Why is Forecasting Winter Precipitation so Hard? Reason 1: Precip Type

Jan 11, 2013

It happens all the time. 6 to 12 inches of snow is predicted. Blizzard warnings! Batten down the hatches, stay inside, close the schools WOO HOO SNOW DAY! *wake up the next morning* a dusting. Its enough to drive a person crazy and lose trust in every weatherman alive. But why is predicting snow so hard? Well there are dozens of reasons but I will highlight one of them in relation to a weather scenario we find ourselves in coming tomorrow.

Everyone knows the temperature has to be 32F (0C) or lower to get snow. Well use that for the example below. Temperatures in the atmosphere are never the same. Typically the higher you go the colder it gets, but since weather is complicated and likes to make our lives difficult that is not always the case. You can have warmer air the higher you go (known as an inversion.) This ALWAYS complicates the forecast no matter what season, but winter they are especially a pain because if can effect the TYPE of precipitation that occurs.

The simple way: Everytyhing from the ground up is below freezing, you get snow. Woo hoo easy.

The hard way: Not everything is below freezing, will we get rain, snow, sleet, ice, or graupel. ARRRGH.

To Illustrate this I am showing 2 forecast soundings for an event forecast to hit Chicago tomorrow (January 12th 2013) If you have been monitoring the forecast you may have noticed it changed a bunch of times and many meteorologists expressing uncertainties with the forecast. Not because they don’t know what they are talking about, but because THEY DO KNOW what they are talking about. Be prepared to get educated!

Below is a sounding, on the left, the NAM, on the right, the GFS. Both are taken from the Chicago area for the same time (3z, or 9pm in the winter.) Click for full.

 

Without getting too technical, you have your temperature at the bottom, and your height on the left starting with the ground at the bottom (1000) and working your way up. The red line is your temperature and the green line is your dewpoint.  You may have noticed I colored and labeled some other things. Congratulations, you haven’t clicked off this little article yet and I applaud you for making it this far.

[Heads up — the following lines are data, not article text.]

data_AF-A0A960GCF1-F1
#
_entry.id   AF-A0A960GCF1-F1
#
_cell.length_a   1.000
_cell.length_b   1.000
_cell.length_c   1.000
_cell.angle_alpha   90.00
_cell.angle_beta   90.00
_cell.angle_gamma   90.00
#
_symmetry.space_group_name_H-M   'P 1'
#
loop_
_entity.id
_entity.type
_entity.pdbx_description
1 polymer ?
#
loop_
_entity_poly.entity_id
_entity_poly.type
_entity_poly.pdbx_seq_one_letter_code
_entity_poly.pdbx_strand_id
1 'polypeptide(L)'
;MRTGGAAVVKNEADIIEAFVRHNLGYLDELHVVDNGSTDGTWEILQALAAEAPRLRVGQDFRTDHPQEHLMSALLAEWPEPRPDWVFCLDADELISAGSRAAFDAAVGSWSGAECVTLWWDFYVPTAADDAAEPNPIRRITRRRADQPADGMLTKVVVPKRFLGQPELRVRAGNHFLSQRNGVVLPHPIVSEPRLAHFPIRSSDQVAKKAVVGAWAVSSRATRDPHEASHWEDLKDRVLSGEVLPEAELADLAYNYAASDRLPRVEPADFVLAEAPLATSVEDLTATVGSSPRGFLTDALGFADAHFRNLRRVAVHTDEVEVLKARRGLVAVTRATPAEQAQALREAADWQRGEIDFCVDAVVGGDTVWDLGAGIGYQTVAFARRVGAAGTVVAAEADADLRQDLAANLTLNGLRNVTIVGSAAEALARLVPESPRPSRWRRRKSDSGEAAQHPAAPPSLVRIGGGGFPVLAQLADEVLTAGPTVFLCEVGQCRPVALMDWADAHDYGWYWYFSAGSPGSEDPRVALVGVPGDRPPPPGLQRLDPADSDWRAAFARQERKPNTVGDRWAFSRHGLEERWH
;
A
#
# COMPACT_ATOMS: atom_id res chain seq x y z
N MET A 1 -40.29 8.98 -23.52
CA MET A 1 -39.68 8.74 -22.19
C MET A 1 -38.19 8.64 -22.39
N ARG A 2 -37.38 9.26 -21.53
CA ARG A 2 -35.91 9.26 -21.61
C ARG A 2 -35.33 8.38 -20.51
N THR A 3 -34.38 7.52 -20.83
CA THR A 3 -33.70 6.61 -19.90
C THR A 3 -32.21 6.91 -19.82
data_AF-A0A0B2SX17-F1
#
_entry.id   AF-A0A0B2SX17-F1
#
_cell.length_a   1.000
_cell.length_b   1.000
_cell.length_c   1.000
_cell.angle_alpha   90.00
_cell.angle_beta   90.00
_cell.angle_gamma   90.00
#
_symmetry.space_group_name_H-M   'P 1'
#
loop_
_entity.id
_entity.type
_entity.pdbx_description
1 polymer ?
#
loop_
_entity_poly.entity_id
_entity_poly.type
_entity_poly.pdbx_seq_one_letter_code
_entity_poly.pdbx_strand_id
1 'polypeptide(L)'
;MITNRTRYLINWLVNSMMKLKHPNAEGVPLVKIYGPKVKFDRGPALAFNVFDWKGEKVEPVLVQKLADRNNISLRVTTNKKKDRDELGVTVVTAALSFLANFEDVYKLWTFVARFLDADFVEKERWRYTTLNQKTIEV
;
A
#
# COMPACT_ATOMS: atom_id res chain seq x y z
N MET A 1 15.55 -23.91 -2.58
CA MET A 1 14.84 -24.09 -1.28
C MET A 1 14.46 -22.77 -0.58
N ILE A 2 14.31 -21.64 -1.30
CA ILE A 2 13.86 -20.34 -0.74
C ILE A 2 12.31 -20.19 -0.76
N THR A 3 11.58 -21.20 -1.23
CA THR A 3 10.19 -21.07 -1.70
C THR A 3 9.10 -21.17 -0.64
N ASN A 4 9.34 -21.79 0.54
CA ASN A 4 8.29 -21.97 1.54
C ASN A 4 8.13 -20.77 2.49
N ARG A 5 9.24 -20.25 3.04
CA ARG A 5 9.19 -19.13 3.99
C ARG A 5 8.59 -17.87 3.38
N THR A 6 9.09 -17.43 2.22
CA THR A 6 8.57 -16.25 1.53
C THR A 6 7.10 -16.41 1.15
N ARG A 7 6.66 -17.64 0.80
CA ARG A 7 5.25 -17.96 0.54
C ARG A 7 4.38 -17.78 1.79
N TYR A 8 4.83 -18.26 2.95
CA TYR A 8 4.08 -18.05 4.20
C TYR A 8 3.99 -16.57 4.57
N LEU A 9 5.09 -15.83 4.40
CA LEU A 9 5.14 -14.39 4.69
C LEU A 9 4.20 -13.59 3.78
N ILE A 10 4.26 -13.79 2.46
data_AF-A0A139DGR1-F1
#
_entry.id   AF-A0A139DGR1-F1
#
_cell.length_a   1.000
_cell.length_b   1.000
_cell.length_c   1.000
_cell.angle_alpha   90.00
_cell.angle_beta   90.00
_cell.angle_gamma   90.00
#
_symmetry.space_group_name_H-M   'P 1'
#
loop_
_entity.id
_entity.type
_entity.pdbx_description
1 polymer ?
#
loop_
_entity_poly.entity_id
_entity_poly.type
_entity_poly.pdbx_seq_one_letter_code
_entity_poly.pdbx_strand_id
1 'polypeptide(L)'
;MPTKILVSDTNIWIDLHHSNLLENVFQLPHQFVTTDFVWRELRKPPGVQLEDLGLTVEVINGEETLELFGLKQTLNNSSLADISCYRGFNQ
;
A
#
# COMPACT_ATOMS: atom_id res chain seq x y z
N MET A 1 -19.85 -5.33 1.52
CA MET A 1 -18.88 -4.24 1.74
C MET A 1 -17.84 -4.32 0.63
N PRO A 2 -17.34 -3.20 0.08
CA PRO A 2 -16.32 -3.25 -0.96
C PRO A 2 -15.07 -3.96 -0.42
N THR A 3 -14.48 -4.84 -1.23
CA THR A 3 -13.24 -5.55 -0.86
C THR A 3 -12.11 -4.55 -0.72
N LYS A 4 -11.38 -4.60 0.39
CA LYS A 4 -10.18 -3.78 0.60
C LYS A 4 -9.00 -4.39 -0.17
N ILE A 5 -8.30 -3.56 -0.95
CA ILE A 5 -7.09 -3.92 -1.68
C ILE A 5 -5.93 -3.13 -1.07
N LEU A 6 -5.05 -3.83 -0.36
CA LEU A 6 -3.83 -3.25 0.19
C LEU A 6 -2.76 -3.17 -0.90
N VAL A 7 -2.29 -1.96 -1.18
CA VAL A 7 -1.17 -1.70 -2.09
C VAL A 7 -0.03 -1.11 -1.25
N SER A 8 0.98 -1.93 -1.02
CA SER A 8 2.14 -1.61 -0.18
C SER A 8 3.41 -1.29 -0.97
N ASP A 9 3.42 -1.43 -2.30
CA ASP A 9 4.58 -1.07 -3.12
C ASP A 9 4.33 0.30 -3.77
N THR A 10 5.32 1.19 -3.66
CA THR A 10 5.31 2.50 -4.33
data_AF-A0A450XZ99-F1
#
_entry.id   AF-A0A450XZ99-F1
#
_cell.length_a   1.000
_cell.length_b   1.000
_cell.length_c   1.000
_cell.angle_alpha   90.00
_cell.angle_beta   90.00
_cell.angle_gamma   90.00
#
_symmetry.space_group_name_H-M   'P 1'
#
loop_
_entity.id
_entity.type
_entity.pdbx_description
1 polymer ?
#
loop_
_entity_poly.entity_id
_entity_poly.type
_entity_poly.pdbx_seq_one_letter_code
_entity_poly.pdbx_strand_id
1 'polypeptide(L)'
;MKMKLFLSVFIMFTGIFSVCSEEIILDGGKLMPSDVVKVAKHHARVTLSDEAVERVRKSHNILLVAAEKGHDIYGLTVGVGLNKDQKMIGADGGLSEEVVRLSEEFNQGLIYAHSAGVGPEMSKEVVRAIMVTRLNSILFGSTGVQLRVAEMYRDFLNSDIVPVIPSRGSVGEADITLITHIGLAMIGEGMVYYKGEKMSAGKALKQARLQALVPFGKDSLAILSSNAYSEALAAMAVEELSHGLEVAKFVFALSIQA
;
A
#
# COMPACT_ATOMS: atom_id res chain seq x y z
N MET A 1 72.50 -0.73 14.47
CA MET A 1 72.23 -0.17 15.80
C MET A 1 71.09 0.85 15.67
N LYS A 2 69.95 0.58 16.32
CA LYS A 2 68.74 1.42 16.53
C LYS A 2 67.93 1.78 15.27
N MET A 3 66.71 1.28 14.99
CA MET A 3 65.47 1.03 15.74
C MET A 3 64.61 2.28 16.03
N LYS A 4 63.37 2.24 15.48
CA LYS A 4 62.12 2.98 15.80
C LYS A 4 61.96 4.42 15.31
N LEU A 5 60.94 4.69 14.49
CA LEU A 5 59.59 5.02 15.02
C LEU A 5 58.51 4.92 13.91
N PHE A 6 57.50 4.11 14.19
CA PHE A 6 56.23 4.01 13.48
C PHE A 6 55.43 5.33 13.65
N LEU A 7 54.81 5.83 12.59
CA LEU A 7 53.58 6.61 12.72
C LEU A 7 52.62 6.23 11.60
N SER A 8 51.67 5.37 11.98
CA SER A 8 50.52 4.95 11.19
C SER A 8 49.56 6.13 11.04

With the simple way of things in mind, check out the sounding on the right, from the GFS. All below the line (except the last few feet near the ground.) Guess what, SNOW! Yay easy life can go on. Wait a second, whats the NAM one on the left doing? Hmmmm, temperatures get above freezing for a while there. This is what complicates things. We all know what happens to snow once the temperature goes above 32, thats right folks, it melts.  This is where it gets tricky. If it fully melts you will get rain, if the rain falls to the surface and its 29 degrees you get ice. If the rain falls to the surface and its 36 degrees, it’ll stay as rain. If the temperature gets below freezing again before the ground, the rain will start to refreeze again and you can get sleet, graupel or “ice pellets” (and yes there is a difference between the 3.)

Figuring out which scenario is going to unfold is the hard part. Furthermore, you have to take into consideration as to HOW warm and for HOW long the above freezing layer is. If its only 33 degrees for 1000 feet, you won’t get much melting. If its 36 degrees for 1000 feet, you will have much more melting. You can have 33 degrees for 5000 feet, or 40 degrees for 500 feet, what does what and how soon will the now melted or partially melted precip fall back into a temperature below freezing and again, for how long? If you got confused just reading that, imagine how a forecaster feels.

The models also show different things when it comes to whether the air is saturated or not. To again make it simple, if the red and green lines touch, the air is saturated and you have precipitation and/or clouds. If they are apart, the air is dryer and you could either have shallower, less intense precip or a layer of dry air to evaporate precip before it even hits the ground.

So which model is right? As if there wasn’t enough confusion already, no weather model is ever 100% correct. Some are better than others, but each of them are wrong at times. It is up to the forecaster to use his or her own understanding of how weather works, plus experience to try and figure that out. This is why you end up with different forecasts from different people. Each time a new model run comes out the scenario could change. Suddenly the sounding on the left disappears, and confidence in all snow can increase. Then the fun part is figuring out how much, but we’ll save that for another time.

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